Homebuyers and homeowners planning to refinance have two main choices of home loans: fixed-rate mortgages and adjustable-rate mortgages.
Each of these home loans has pros and cons that borrowers need to weigh before choosing the best loan for their budget and lifestyle.
With fixed-rate mortgages, borrowers pay the same interest rate every month for the entire life of the home loan. Many borrowers who choose fixed-rate loans opt for a 30-year fixed-rate mortgage, but 10-, 15- and 20-year fixed rate home loans are also available. In some cases, even longer mortgage terms can be found.
Because fixed-rate home loan costs remain stable over the life of the loan, borrowers have the security of knowing they will not be hit with an increase in their monthly payment should mortgage rates rise. Borrowers know their financial commitment right off the bat and can therefore budget accordingly.
However, mortgage rates on fixed-rate home loans tend to be higher -- at least initially -- than on adjustable-rate mortgages. In addition, borrowers should beware that the longer it takes to pay off a home loan, the more the home will ultimately cost in terms of interest payments.
As its name implies, the interest rate on an adjustable-rate mortgage, or ARM, varies over time. An ARM is tied to a specific type of index that determines the rate the borrower pays. Some of the most popular ARM indexes are known by their acronyms and include Libor, COFI, MAT and CMT.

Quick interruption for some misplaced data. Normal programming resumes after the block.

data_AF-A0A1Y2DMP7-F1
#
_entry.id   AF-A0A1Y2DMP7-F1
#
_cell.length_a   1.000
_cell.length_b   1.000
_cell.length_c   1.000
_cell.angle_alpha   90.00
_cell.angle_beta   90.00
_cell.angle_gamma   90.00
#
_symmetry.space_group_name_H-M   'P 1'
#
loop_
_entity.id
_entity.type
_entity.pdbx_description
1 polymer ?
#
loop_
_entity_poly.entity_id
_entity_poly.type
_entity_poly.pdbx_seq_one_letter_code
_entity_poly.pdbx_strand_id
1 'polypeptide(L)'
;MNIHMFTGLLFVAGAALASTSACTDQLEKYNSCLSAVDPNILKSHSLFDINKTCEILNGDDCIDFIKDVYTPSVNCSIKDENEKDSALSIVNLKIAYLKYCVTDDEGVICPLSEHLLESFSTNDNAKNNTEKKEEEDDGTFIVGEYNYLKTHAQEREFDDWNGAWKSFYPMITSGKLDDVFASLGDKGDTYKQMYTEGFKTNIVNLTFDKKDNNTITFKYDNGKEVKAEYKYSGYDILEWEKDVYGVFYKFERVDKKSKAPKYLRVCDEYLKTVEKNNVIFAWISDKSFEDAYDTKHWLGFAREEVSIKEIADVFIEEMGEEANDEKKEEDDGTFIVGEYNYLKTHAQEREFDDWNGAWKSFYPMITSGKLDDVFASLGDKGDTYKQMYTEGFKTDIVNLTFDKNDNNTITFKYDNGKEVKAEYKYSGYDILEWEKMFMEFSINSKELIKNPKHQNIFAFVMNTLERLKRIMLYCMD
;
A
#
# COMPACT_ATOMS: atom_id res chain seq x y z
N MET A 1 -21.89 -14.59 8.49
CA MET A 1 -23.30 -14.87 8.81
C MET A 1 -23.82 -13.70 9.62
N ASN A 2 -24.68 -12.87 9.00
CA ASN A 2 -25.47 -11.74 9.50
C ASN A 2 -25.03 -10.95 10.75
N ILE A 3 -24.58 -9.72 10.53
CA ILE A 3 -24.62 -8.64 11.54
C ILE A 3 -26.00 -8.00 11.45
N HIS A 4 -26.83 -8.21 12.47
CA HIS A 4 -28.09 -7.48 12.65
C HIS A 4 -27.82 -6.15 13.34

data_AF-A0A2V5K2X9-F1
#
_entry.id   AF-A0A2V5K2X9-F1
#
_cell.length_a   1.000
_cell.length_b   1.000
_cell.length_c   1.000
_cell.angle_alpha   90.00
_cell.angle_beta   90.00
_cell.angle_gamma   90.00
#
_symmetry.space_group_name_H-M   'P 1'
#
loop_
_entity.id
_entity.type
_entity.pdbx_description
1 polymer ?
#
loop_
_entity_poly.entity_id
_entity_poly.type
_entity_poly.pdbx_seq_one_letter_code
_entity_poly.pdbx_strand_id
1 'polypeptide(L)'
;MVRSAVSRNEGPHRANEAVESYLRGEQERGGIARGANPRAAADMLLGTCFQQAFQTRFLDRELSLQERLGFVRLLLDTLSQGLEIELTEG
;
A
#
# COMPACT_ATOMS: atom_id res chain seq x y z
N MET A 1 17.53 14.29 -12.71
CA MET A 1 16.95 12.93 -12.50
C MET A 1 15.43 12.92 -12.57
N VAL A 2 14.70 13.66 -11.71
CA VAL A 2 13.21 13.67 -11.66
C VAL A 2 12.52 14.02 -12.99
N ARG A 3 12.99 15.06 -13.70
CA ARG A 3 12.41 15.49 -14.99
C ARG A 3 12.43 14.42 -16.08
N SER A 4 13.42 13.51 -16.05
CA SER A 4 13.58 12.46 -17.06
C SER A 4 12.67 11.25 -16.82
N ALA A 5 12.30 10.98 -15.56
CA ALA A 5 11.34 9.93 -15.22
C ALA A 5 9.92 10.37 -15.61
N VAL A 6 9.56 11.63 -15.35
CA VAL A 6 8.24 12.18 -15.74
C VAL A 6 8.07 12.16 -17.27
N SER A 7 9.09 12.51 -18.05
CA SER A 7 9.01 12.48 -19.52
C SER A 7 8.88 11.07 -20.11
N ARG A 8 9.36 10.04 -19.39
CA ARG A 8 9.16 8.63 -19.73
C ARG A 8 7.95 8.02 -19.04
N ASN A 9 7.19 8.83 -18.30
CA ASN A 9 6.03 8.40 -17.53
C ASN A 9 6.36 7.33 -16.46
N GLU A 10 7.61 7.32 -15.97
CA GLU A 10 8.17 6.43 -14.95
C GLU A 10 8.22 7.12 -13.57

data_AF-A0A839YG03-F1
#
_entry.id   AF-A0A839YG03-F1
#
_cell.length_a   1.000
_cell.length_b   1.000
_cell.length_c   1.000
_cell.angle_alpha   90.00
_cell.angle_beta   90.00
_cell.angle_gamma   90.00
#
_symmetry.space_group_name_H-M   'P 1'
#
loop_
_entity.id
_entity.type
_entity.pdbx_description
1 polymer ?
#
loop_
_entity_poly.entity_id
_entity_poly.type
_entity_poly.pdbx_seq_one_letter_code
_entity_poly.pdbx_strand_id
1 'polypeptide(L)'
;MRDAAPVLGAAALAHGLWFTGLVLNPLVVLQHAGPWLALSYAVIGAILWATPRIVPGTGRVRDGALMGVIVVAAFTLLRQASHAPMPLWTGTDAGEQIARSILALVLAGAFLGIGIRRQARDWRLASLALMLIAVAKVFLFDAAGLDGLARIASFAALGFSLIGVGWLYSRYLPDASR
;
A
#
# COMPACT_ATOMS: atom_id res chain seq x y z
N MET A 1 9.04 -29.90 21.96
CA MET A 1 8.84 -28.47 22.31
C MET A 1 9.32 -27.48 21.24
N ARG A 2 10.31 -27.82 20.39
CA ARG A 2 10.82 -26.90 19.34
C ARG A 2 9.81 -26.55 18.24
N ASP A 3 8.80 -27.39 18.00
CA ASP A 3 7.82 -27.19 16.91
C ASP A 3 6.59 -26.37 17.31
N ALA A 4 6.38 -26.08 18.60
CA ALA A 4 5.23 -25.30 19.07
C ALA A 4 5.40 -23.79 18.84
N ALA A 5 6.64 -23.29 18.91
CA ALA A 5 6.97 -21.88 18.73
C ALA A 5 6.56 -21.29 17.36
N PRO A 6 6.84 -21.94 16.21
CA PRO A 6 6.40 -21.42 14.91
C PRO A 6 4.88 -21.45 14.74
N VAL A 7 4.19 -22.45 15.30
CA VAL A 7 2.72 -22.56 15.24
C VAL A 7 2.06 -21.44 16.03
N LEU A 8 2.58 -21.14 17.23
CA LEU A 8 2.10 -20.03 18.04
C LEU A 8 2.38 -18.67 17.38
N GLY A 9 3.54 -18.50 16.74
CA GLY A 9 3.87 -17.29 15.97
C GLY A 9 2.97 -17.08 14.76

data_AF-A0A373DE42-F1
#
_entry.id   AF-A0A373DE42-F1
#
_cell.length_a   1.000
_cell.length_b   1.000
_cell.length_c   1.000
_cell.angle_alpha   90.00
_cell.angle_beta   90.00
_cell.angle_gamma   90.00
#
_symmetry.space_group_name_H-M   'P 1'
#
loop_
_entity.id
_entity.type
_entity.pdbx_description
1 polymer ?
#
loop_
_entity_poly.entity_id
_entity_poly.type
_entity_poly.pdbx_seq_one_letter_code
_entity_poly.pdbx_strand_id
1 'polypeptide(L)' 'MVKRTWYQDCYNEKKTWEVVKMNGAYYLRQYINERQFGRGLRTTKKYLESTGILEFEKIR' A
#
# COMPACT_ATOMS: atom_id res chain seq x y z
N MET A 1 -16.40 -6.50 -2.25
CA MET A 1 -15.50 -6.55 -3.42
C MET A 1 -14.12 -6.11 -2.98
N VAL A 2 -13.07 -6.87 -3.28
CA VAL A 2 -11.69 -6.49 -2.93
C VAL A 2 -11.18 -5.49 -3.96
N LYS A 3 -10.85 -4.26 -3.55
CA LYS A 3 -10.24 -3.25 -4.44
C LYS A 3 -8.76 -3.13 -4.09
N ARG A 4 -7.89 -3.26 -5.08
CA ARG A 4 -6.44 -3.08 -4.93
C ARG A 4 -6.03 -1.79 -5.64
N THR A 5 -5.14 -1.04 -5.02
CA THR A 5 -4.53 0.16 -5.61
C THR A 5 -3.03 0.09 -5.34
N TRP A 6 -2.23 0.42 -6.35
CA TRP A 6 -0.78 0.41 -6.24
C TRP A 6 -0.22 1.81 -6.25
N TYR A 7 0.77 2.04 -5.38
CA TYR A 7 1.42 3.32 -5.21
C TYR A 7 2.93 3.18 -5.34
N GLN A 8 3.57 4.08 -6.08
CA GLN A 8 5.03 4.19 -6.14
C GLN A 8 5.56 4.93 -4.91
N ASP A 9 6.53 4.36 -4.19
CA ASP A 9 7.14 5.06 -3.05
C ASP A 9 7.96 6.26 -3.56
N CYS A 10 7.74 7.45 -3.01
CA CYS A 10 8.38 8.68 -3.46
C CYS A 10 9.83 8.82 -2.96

Borrowers who choose an ARM are likely to see their monthly payments go up or down during the life of the loan, depending on the direction of the rate index to which the home loan is tied.
There are different types of ARMs, ranging from hybrid ARMs -- which offer a fixed-rate for a specific number of years, before the rate adjusts at a pre-determined point in the future -- to one-year ARMs, which have no fixed-rate period.
On these types of home loans, borrowers commit to a certain price for a certain period and then take their chances. ARMs may be beneficial for some types of borrowers, especially those who do not plan to own their home for very long and anticipate selling the property before their ARM adjusts.
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